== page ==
The shape of each floor beam 15 and the whole-structure of the floor is depicted in FIG. 7.
Each beam is shaped as an H and is formed by two channeled wooden logs 15a and 15b, joined by means of a board 15c, which is vertically set into the two longitudinal channels of the top log and of the bottom log of the beam. Between parallel floor beams, modular panels of expanded synthetic material 16 are set to provide a sufficient acoustic and thermal insulation through the floor slab and on the floor beams is laid the floor, which may be made of polished wood boards or rough boards to be covered by linoleum, wall to wall carpeting or with a reinforcing metal screen for anchoring a mortar layer onto which ceramic tiles or the like may be cemented.
|Cited Patent||Filing date||Publication date||Applicant||Title|
|US2108107 *||Dec 2, 1935||Feb 15, 1938||De Wees Russell J||Means for anchoring structural elements to concrete supporting bodies|
|US3353315 *||Mar 12, 1965||Nov 21, 1967||George Barker||Grooved panel with load-bearing strips|
|US3782049 *||May 19, 1972||Jan 1, 1974||Sachs M||Wall forming blocks|
|US4163349 *||May 26, 1977||Aug 7, 1979||Smith Glenn W||Insulated building panels|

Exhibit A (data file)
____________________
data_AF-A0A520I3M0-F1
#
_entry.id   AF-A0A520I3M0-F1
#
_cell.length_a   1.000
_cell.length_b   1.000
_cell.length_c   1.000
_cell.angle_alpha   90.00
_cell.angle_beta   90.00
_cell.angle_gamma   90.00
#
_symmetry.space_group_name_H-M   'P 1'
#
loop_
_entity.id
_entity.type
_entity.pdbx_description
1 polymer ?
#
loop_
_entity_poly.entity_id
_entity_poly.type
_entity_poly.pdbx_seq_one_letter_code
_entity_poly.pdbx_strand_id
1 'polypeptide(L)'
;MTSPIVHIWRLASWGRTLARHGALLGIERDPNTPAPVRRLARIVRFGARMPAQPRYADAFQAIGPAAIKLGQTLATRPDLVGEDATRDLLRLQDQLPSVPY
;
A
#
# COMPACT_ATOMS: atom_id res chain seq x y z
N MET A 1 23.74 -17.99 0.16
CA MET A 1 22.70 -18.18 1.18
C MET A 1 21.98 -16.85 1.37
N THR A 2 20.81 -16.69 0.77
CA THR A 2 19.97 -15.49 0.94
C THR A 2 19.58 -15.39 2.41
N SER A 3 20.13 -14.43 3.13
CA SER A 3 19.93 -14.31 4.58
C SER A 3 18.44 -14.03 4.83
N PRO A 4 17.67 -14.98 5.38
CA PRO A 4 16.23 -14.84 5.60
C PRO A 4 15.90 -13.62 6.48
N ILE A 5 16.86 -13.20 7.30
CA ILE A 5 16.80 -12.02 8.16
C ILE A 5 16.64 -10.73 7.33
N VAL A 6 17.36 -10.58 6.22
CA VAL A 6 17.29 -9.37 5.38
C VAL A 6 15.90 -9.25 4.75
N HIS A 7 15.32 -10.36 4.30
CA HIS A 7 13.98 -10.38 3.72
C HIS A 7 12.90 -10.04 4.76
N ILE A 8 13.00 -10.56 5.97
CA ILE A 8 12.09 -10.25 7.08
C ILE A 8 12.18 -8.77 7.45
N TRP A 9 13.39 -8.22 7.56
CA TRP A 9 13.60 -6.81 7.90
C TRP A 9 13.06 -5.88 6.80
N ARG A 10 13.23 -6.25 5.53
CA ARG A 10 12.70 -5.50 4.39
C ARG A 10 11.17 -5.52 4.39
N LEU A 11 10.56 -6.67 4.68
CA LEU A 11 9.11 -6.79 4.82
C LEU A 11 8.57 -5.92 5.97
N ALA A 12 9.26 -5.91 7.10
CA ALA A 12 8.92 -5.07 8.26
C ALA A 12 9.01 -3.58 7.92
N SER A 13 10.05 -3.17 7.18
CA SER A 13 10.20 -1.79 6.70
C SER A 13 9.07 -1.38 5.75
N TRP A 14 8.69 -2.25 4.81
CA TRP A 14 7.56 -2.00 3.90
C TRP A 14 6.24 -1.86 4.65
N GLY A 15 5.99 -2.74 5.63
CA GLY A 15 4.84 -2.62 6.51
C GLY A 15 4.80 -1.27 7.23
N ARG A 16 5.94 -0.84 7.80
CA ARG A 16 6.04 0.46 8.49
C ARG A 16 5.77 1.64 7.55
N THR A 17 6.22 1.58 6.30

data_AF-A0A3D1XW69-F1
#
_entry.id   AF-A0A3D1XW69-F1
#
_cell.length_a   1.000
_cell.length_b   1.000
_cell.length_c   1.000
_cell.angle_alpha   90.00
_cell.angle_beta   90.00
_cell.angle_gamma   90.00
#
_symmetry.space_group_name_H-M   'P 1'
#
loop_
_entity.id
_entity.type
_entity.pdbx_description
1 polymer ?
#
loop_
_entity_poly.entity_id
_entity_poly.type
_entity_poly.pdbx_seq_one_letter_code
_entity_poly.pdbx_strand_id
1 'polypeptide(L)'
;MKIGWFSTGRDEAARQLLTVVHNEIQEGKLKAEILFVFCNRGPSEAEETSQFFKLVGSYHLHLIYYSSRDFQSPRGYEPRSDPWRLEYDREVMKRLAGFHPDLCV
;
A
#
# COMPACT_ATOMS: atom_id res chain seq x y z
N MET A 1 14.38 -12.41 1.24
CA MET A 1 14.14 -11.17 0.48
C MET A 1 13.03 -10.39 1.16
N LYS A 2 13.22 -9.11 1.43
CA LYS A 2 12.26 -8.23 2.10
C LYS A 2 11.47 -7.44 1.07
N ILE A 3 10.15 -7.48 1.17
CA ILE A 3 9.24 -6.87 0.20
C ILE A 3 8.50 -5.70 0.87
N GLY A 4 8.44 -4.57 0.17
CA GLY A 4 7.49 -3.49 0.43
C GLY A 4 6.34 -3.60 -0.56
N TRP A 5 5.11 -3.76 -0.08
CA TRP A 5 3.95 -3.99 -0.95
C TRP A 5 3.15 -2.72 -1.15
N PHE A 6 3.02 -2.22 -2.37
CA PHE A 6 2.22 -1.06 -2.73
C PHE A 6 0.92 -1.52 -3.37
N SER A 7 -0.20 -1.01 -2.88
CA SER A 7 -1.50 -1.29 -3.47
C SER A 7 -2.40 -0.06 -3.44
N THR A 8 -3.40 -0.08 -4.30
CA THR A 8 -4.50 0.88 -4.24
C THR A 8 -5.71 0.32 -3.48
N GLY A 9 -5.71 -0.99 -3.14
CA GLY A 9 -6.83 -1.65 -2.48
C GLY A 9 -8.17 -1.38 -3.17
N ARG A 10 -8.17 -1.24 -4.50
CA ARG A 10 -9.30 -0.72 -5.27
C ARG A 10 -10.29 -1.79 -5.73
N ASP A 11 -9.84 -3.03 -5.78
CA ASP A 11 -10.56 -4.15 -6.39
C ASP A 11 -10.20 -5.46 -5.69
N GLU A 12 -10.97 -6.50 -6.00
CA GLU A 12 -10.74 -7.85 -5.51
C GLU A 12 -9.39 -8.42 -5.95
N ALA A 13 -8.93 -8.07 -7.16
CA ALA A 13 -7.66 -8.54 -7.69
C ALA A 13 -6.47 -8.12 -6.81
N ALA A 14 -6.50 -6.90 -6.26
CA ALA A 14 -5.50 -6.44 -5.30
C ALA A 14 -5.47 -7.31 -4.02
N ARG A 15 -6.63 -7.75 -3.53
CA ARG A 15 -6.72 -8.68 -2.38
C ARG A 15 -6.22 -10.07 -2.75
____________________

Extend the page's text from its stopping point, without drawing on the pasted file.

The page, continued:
|US4443988 *||Oct 2, 1981||Apr 24, 1984||Atlas Insulation Company, Inc.||Insulated building panel|
|US4471591 *||Aug 8, 1983||Sep 18, 1984||Jamison Walter E||Air impervious split wall structure|
|US4478021 *||Sep 30, 1982||Oct 23, 1984||Person Gary J||Construction material, a modular, pre-insulated and furred structural masonry building block|
|US5003742 *||Dec 21, 1987||Apr 2, 1991||Richard Dettbarn||Insulated wall assembly|
|US5067296 *||Jul 10, 1989||Nov 26, 1991||Robert T. K. Brown||Modular insulated wall panel system|
|US5079885 *||Feb 13, 1991||Jan 14, 1992||Richard Dettbarn||Insulated wall assembly|
|CA1116371A *||Nov 25, 1980||Jan 19, 1982||Truefoam Limited||Insulated wall construction|